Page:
Media Release: Employees in Glasgow face privacy crisis in the office

Nick Lyons

OFFICE-based businesses in Glasgow are facing an unprecedented privacy crisis with their employees, new research has revealed.

After decades of open plan offices and an unrelenting drive for shared work spaces, the number one complaint from office workers in Glasgow is now a lack of privacy.

Extensive new international research carried out by market researchers IPSOS and the Workspace Futures Team of Steelcase, the global leader in the office furniture industry, shows that 85 per cent of people are dissatisfied with their working environment and cannot concentrate. 31 per cent even leave the office to get work completed.

More than 10,000 workers across 14 countries were questioned about their office environments and working patterns.

Key findings from the research include:-

• Office workers are losing 86 minutes per day due to distractions.
• Too many employees are chronically disengaged at work.
• They are unmotivated, unproductive and overly stressed.
• They have little capacity to think and work creatively and constructively.
• The right balance between private and collaborative working spaces can deliver a step change in employee engagement and productivity.

Nick Lyons, business development director for Steelcase Solutions in Scotland, said: “The drive for collaborative working spaces was founded on getting people working better together. It has been enormously successful and has delivered efficiency on a major scale but too much interaction and not enough privacy has reached crisis proportions, taking a heavy toll on workers’ creativity, productivity, engagement and wellbeing.

“People not only expect privacy in their private lives – they want it at the office as well. Our research has found that for people to collaborate with their colleagues more effectively they need less ‘we’ time and more ‘me’ time than they are getting today.

“Over the years we have seen office preferences shift from more enclosed spaces to more open. But in some organisations the pendulum has swung too far,” notes Nick Lyons, “Many people do not realise that effective collaboration actually requires individual private time.”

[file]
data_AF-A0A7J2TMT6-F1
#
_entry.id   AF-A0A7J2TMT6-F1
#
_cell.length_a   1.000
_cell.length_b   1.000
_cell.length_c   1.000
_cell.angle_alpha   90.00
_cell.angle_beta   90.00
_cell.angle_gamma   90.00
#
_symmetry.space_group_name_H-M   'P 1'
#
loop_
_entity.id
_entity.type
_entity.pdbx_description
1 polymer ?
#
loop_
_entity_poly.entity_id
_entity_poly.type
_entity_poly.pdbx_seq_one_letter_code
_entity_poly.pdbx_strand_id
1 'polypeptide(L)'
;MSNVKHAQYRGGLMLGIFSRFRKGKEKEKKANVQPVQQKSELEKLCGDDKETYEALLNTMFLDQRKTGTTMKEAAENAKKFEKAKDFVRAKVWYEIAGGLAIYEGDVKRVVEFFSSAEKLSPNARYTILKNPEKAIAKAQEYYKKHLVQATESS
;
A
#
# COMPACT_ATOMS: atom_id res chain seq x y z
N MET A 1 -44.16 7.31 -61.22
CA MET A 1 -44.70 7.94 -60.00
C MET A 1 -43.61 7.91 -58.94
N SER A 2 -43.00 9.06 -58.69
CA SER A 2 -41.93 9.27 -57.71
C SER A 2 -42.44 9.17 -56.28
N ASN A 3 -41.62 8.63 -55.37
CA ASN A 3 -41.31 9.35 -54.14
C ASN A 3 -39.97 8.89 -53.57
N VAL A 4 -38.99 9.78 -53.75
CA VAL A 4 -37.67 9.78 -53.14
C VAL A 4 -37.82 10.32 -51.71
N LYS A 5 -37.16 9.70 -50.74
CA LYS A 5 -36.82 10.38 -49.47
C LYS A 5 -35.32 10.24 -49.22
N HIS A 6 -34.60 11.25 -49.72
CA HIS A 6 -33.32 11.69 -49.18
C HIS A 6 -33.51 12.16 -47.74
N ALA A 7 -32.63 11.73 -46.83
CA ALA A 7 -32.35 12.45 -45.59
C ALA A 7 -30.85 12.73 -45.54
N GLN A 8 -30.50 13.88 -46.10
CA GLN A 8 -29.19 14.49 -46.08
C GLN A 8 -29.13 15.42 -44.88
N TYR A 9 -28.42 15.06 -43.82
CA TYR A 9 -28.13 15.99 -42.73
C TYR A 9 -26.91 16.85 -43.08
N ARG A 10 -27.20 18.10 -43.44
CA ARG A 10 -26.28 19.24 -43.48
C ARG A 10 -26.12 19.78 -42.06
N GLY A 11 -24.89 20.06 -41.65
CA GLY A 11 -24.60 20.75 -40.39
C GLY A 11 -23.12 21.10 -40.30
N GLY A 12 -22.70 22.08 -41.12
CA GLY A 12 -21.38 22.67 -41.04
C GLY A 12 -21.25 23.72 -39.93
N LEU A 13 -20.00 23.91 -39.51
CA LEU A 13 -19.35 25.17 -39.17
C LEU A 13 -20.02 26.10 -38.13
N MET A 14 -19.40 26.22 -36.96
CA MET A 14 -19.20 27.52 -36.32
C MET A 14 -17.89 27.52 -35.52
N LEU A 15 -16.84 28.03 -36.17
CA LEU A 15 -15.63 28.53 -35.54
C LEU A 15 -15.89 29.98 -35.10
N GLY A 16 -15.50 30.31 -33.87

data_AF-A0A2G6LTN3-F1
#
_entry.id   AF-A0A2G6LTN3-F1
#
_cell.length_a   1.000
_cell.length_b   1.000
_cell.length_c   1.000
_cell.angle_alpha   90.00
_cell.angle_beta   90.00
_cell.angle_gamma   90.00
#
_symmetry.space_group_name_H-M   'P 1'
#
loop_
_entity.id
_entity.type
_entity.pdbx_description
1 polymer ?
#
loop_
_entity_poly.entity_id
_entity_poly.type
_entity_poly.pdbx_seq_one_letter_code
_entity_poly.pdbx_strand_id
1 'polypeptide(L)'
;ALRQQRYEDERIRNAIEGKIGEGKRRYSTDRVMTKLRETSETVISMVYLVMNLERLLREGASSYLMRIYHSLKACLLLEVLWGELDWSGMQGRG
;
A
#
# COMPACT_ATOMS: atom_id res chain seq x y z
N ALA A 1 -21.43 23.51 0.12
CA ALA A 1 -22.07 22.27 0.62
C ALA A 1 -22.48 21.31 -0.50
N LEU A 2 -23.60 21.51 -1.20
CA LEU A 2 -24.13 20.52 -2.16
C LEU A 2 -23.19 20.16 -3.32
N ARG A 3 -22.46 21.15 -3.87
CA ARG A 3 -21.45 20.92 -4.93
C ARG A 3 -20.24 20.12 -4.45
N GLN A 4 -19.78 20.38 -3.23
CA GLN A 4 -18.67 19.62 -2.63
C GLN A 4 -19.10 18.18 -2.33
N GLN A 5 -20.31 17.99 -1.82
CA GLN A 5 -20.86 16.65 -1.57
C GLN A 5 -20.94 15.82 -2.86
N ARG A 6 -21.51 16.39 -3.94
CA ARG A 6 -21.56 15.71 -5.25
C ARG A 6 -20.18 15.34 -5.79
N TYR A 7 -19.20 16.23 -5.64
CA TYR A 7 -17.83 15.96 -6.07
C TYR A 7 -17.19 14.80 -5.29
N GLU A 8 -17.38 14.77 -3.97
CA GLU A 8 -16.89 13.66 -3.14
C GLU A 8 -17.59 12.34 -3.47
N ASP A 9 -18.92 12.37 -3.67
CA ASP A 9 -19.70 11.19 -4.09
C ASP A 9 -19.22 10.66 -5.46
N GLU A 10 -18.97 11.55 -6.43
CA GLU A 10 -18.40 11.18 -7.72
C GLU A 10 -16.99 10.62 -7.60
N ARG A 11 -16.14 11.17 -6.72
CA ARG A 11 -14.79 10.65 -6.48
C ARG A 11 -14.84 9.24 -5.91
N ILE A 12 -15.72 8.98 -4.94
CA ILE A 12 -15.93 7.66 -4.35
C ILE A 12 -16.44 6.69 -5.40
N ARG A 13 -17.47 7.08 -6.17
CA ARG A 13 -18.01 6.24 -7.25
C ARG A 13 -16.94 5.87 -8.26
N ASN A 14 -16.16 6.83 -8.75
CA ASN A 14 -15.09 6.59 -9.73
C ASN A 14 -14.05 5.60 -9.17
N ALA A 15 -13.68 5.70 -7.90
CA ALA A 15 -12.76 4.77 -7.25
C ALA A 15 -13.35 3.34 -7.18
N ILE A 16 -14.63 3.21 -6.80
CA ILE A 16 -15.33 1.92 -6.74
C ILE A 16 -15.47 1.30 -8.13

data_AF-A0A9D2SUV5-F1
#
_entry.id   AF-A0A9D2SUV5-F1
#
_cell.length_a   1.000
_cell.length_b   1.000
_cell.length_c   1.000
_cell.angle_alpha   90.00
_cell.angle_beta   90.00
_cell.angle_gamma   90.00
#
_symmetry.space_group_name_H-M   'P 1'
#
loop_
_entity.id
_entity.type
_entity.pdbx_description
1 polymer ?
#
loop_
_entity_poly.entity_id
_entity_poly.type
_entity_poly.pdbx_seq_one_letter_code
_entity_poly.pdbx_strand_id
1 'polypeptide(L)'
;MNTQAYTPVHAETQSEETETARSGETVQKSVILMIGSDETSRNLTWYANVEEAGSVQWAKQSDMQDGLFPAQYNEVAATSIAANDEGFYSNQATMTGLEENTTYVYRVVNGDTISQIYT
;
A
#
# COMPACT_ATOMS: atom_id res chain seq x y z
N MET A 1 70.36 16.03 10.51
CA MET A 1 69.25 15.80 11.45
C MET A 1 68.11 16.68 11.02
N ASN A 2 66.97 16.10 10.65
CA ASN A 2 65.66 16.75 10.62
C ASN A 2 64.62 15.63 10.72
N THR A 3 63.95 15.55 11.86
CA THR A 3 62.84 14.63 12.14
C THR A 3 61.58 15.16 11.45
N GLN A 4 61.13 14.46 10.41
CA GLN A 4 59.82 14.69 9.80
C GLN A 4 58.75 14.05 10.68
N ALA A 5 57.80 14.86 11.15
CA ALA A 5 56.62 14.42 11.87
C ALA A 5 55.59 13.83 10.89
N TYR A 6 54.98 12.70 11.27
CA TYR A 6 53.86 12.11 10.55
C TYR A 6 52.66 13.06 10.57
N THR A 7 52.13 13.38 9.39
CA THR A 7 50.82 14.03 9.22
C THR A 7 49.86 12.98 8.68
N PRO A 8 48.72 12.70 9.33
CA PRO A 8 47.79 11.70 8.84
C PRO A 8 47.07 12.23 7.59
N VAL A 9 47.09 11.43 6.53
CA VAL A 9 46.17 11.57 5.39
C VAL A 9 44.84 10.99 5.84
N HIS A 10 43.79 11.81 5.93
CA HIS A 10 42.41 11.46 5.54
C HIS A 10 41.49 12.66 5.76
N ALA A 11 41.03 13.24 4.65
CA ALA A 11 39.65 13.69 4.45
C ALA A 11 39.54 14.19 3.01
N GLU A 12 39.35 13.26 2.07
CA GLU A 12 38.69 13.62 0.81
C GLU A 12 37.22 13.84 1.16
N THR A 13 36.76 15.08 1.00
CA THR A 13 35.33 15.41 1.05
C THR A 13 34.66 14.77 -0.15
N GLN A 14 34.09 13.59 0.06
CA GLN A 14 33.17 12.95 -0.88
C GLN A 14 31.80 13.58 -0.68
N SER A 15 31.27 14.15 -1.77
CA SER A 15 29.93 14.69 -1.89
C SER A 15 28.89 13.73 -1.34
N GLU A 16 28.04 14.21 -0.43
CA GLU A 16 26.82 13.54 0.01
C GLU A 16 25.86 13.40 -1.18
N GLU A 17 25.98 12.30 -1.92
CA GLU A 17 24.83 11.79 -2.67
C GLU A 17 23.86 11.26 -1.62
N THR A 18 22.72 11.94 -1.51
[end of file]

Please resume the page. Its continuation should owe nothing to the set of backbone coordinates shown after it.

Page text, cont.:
Workers in Glasgow are not, however, looking to turn back the clock to the days when they were isolated in closed individual offices.

Instead, they are desperately seeking privacy within open plan settings – where they can function effectively and complete work without being driven to distraction.

The IPSOS survey showed that 95 per cent of people identify having the ability to work privately is important but less than half, 41 per cent, say they have the opportunity.

“What people are now looking for is choice and control in their workspace and that is now what is redefining privacy in the working environment”, said Mr Lyons.

• Privacy and engagement are ultimately linked
• Privacy is a universal, basic need, People need privacy also in the office
• Privacy today is about information and stimulation control
• Achieving the right balance between working in privacy and working together is critical for any organization

The Steelcase-IPSOS research shows that companies and organisations, committed to creating efficient, collaborative spaces, have not been considering privacy sufficiently in the design of their offices.

Steelcase Solutions contends that it is necessary to create an ‘ecosystem’ of different spaces where employees can choose the level of privacy they require.

“Many offices have limited options such as individual workstations, private offices, conference rooms and a cafe”, explains Ms Lyons.

“However, having studied people at work in depth they need spaces for different types of work and these include formal and informal work in groups or alone. Some people find it inspiring and creative to work in a crowded, noisy environment whereas others prefer quieter spaces and quite often they want a mix of both. The workplace needs to offer a variety of public and private spaces – for We and I work.”

Nearly 70 per cent of workers questioned in the Steelcase-Ipsos research worked in open spaces or in a combination of individual and open space offices and the results demonstrate a strong link between employees’ satisfaction with their work environment and their level of engagement.

Engaged workers are most satisfied with their work environment (31 per cent) while the least engaged are also the most dissatisfied (69 per cent). The most satisfied and engaged workers says their workplace allows them to concentrate easily, work in teams without being interrupted, choose where to work within the office.

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Contact: Clare Ambrosino